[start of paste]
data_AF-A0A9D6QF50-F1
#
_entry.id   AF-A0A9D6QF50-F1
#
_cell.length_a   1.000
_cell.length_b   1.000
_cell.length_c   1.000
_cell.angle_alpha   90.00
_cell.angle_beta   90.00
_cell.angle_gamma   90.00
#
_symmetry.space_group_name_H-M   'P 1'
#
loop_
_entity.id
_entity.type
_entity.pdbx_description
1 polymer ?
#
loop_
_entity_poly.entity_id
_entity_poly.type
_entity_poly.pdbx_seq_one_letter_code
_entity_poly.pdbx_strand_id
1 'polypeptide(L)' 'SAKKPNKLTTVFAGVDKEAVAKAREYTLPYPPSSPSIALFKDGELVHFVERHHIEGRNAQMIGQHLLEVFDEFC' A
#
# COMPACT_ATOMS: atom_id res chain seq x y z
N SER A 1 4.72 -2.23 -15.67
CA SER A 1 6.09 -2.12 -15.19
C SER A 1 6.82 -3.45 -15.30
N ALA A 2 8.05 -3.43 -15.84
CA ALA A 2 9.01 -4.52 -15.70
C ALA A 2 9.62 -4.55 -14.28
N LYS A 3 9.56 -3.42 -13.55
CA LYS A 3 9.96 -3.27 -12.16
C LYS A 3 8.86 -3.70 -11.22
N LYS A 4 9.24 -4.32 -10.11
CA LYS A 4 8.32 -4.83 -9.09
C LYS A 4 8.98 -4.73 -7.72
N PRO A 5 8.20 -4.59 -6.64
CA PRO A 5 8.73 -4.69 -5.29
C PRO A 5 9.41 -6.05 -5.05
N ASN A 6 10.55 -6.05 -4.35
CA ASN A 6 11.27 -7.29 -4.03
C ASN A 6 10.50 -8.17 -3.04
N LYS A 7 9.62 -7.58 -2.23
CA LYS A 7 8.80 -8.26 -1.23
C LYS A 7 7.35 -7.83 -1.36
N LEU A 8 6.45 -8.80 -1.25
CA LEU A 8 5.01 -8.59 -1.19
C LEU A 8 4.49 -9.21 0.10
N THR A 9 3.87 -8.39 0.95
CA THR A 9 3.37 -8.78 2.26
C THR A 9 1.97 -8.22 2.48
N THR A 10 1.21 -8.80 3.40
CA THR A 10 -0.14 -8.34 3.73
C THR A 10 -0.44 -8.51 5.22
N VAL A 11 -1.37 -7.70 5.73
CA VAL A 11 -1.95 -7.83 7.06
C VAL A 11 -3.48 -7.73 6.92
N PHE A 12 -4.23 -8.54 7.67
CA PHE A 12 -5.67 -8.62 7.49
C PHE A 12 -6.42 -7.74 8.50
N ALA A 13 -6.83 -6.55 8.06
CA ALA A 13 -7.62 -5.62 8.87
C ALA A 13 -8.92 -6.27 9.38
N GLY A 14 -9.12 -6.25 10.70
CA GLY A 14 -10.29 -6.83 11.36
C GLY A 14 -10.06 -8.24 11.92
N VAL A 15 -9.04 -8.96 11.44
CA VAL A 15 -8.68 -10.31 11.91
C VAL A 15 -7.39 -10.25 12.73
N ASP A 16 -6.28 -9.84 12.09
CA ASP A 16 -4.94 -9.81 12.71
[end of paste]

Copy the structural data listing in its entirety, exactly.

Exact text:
data_AF-A0A9D6QF50-F1
#
_entry.id   AF-A0A9D6QF50-F1
#
_cell.length_a   1.000
_cell.length_b   1.000
_cell.length_c   1.000
_cell.angle_alpha   90.00
_cell.angle_beta   90.00
_cell.angle_gamma   90.00
#
_symmetry.space_group_name_H-M   'P 1'
#
loop_
_entity.id
_entity.type
_entity.pdbx_description
1 polymer ?
#
loop_
_entity_poly.entity_id
_entity_poly.type
_entity_poly.pdbx_seq_one_letter_code
_entity_poly.pdbx_strand_id
1 'polypeptide(L)' 'SAKKPNKLTTVFAGVDKEAVAKAREYTLPYPPSSPSIALFKDGELVHFVERHHIEGRNAQMIGQHLLEVFDEFC' A
#
# COMPACT_ATOMS: atom_id res chain seq x y z
N SER A 1 4.72 -2.23 -15.67
CA SER A 1 6.09 -2.12 -15.19
C SER A 1 6.82 -3.45 -15.30
N ALA A 2 8.05 -3.43 -15.84
CA ALA A 2 9.01 -4.52 -15.70
C ALA A 2 9.62 -4.55 -14.28
N LYS A 3 9.56 -3.42 -13.55
CA LYS A 3 9.96 -3.27 -12.16
C LYS A 3 8.86 -3.70 -11.22
N LYS A 4 9.24 -4.32 -10.11
CA LYS A 4 8.32 -4.83 -9.09
C LYS A 4 8.98 -4.73 -7.72
N PRO A 5 8.20 -4.59 -6.64
CA PRO A 5 8.73 -4.69 -5.29
C PRO A 5 9.41 -6.05 -5.05
N ASN A 6 10.55 -6.05 -4.35
CA ASN A 6 11.27 -7.29 -4.03
C ASN A 6 10.50 -8.17 -3.04
N LYS A 7 9.62 -7.58 -2.23
CA LYS A 7 8.80 -8.26 -1.23
C LYS A 7 7.35 -7.83 -1.36
N LEU A 8 6.45 -8.80 -1.25
CA LEU A 8 5.01 -8.59 -1.19
C LEU A 8 4.49 -9.21 0.10
N THR A 9 3.87 -8.39 0.95
CA THR A 9 3.37 -8.78 2.26
C THR A 9 1.97 -8.22 2.48
N THR A 10 1.21 -8.80 3.40
CA THR A 10 -0.14 -8.34 3.73
C THR A 10 -0.44 -8.51 5.22
N VAL A 11 -1.37 -7.70 5.73
CA VAL A 11 -1.95 -7.83 7.06
C VAL A 11 -3.48 -7.73 6.92
N PHE A 12 -4.23 -8.54 7.67
CA PHE A 12 -5.67 -8.62 7.49
C PHE A 12 -6.42 -7.74 8.50
N ALA A 13 -6.83 -6.55 8.06
CA ALA A 13 -7.62 -5.62 8.87
C ALA A 13 -8.92 -6.27 9.38
N GLY A 14 -9.12 -6.25 10.70
CA GLY A 14 -10.29 -6.83 11.36
C GLY A 14 -10.06 -8.24 11.92
N VAL A 15 -9.04 -8.96 11.44
CA VAL A 15 -8.68 -10.31 11.91
C VAL A 15 -7.39 -10.25 12.73
N ASP A 16 -6.28 -9.84 12.09
CA ASP A 16 -4.94 -9.81 12.71